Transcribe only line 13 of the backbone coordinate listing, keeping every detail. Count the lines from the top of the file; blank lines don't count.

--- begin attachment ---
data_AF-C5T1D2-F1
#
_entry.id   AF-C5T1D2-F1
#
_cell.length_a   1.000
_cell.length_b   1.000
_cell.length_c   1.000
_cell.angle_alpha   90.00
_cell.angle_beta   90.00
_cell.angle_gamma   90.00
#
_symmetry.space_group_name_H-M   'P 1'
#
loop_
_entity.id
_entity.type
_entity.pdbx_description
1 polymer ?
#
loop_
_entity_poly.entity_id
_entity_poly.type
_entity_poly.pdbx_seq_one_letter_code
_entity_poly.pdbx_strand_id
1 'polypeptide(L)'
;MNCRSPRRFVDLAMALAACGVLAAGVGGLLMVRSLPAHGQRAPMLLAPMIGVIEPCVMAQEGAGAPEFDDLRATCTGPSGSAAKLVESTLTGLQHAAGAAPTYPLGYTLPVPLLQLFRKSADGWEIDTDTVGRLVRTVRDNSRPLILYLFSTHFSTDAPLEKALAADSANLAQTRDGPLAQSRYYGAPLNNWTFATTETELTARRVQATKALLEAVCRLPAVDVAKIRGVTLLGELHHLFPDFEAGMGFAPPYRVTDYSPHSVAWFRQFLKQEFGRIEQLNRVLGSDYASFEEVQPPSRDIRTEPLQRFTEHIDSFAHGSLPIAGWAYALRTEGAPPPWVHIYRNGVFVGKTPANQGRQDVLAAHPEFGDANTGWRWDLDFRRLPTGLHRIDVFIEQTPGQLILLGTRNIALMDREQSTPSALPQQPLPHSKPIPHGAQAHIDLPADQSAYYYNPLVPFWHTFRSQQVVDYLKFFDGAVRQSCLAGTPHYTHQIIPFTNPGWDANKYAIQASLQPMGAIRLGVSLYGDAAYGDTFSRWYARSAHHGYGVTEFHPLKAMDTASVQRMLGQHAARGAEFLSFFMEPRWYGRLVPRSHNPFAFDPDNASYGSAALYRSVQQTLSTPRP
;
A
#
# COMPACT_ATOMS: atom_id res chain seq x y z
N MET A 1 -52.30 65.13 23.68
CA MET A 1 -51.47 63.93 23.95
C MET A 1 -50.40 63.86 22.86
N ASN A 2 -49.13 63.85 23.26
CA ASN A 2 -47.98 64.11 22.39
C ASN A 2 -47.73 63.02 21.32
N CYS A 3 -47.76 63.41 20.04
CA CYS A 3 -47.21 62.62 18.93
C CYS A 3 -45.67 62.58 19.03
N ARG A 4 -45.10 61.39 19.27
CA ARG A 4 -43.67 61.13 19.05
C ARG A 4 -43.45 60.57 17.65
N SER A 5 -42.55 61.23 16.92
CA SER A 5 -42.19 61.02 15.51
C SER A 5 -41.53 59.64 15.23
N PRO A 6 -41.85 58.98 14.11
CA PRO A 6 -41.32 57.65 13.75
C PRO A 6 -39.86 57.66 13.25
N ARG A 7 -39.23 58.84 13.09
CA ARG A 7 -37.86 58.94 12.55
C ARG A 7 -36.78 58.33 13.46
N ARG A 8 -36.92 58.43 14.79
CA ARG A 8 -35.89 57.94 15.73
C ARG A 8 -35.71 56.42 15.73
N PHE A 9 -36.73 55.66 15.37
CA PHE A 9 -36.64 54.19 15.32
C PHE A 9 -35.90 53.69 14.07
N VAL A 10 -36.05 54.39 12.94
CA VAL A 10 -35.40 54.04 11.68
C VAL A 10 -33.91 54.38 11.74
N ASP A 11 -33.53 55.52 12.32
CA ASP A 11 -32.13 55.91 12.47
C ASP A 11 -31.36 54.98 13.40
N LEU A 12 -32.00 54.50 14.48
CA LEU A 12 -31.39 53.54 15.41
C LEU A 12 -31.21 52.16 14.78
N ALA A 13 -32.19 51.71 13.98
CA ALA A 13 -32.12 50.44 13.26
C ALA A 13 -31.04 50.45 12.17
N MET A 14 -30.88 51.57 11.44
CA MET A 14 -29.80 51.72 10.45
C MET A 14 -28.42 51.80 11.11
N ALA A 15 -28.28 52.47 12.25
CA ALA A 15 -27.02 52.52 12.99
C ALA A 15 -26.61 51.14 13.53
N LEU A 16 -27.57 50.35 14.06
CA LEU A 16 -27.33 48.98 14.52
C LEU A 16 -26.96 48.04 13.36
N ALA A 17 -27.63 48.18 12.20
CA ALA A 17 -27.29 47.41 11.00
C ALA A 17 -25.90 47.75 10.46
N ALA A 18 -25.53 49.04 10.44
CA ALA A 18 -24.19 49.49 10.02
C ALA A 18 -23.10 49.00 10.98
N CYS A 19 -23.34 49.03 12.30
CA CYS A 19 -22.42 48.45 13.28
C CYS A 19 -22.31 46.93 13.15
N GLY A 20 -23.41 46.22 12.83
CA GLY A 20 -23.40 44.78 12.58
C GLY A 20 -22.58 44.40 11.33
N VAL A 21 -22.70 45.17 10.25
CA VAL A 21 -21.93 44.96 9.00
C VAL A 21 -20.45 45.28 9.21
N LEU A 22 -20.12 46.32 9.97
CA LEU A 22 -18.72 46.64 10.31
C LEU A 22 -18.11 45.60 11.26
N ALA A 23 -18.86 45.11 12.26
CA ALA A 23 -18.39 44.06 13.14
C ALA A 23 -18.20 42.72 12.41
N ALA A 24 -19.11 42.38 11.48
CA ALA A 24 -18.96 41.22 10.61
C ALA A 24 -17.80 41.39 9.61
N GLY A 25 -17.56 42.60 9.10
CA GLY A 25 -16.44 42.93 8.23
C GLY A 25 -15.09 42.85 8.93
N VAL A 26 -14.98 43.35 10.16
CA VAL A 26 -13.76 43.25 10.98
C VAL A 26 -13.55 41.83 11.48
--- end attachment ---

#